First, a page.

The Horus Statue of Nectanebo II and the Human-headed Winged Lion
1118 Words5 Pages
The Horus Statue of Nectanebo II and the Human-headed winged lion, also known as the Lamassu, are two pieces of art that are very different yet similar with each other in composition, representation, function, and style. Although they were created at two different points in history, the artists thought about and created the two art works in similar fashion.
The work of art from the Egyptian period is a statue representing the god of war, the sun, and rulers, Horus. It was created in the time frame from three hundred sixty to three hundred forty-two B.C. It is titled The Horus Statue of Nectanebo II because the god Horus is seen protecting one of the kings, also known as pharaohs, of Egypt, Nectanebo II. Another similar work of art, a…show more content… The falcon figure was highly worshipped, and the animal was called the lord of the two lands, Upper and Lower Egypt. Like the lamassu, Horus wears a hat which symbolizes those two regions of Egypt. The cobra emblem on the hat represents royalty because it is also associated with the pharaoh. The lamassu creature is not a god but wears a hat and belt which are symbols of divinity. It makes the statue god-like in nature but does not represent a god in way the falcon does. The head of the statue was made to be a human’s representing humans’ intelligence. These works show that the artists were interested in animal anatomy. Although its body is made up of the parts of animals, the human-headed winged lion is far from being a natural creature. The statue of Horus is a much better example of the natural animal world because of the fine skill put into carving its anatomy.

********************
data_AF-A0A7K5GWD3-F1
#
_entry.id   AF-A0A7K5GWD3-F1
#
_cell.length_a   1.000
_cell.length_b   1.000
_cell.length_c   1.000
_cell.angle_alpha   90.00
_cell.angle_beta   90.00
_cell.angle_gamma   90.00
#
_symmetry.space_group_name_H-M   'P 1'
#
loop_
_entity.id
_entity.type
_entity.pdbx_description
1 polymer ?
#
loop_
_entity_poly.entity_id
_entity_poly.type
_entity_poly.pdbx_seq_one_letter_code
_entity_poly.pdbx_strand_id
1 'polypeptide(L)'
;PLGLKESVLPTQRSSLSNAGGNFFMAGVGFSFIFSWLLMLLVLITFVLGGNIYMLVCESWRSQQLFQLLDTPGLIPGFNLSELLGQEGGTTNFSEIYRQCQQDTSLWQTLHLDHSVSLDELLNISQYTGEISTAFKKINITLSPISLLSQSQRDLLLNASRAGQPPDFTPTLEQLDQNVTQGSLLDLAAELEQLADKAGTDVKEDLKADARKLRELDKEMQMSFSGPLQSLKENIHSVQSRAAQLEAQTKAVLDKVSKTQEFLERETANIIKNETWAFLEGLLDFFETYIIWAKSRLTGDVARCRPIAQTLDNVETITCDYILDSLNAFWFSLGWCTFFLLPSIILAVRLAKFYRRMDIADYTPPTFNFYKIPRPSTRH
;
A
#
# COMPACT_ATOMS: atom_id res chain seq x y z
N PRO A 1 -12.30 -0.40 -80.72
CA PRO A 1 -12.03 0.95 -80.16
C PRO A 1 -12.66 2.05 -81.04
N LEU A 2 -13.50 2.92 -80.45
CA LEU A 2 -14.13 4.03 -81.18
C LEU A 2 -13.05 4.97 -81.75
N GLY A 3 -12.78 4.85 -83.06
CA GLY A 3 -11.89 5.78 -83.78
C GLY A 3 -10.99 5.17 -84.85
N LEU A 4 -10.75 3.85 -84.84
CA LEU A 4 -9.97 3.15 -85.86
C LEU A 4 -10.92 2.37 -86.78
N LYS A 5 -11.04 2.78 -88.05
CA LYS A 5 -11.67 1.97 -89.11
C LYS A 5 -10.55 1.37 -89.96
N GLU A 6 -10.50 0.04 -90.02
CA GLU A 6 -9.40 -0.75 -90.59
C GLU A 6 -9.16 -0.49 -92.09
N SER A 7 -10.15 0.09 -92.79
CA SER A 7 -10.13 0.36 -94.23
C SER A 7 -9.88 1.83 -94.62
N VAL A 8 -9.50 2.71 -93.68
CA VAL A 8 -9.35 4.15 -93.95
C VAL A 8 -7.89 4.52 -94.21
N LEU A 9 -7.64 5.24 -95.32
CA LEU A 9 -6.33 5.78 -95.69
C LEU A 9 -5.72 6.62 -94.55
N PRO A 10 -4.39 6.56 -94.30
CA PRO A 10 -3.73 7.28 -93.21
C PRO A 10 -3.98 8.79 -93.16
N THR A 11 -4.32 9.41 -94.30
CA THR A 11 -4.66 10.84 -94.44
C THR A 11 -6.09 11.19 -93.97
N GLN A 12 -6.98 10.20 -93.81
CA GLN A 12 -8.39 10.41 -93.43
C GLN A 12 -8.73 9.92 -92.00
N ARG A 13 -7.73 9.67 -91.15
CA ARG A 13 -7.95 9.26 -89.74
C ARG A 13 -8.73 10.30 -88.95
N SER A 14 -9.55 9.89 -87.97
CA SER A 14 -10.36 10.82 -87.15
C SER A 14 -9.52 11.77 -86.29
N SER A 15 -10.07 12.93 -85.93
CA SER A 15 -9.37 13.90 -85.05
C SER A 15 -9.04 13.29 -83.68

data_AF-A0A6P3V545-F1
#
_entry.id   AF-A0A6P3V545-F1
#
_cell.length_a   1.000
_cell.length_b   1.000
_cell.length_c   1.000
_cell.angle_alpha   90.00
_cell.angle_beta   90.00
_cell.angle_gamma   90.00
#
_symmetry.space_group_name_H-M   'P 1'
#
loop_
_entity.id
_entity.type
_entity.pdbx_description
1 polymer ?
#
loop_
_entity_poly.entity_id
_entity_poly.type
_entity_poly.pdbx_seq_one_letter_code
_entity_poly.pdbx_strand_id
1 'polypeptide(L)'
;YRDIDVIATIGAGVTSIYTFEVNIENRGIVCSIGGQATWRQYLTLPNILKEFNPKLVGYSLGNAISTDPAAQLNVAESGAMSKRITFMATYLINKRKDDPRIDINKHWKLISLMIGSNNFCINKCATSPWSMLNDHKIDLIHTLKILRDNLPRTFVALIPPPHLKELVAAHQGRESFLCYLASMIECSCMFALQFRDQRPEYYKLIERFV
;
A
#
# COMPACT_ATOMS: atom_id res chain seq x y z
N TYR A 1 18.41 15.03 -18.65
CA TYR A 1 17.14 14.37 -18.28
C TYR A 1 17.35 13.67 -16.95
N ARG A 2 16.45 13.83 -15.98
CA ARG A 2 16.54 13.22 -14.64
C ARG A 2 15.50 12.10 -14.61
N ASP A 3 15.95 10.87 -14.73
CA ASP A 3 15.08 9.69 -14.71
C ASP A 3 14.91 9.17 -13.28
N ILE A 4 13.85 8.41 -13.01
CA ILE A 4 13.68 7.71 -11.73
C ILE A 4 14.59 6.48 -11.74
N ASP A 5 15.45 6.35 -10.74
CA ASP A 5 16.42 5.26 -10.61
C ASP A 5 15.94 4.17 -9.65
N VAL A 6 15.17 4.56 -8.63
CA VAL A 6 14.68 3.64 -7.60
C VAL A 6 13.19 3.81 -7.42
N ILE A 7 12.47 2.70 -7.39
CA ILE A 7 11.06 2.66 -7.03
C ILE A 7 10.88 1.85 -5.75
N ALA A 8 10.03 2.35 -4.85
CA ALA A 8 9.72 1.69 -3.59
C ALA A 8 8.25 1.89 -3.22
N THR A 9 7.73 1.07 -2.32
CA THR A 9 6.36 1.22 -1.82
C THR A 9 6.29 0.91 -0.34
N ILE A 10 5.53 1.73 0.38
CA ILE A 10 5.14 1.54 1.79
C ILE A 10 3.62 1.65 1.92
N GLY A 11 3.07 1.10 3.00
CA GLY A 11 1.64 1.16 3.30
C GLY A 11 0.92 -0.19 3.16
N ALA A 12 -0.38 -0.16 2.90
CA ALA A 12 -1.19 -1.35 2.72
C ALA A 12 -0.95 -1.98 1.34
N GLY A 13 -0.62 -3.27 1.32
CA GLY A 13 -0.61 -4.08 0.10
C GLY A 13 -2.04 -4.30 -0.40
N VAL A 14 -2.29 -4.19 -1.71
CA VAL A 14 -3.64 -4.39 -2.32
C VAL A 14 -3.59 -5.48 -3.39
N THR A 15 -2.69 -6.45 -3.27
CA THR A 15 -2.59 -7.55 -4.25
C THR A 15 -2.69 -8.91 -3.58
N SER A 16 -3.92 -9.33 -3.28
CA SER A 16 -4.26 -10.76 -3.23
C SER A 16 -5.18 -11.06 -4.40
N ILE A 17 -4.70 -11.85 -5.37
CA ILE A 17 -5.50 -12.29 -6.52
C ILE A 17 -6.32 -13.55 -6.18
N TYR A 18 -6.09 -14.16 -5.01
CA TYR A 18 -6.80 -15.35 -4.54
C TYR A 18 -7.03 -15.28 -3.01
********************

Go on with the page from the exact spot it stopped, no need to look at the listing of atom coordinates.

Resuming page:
The natures and composition of the statues can explain for their differences in size and function. The artist of the Horus statue carved it to be realistic and natural looking, unlike the lamassu. The work was carefully carved from the material greywacke, which is hard and dark sandstone. The statue was carved out of the stone without backing like most early art. One is able to view all sides of the falcon by walking around the piece. The lamassu figure was carved from the material alabaster and was made to be unnatural with five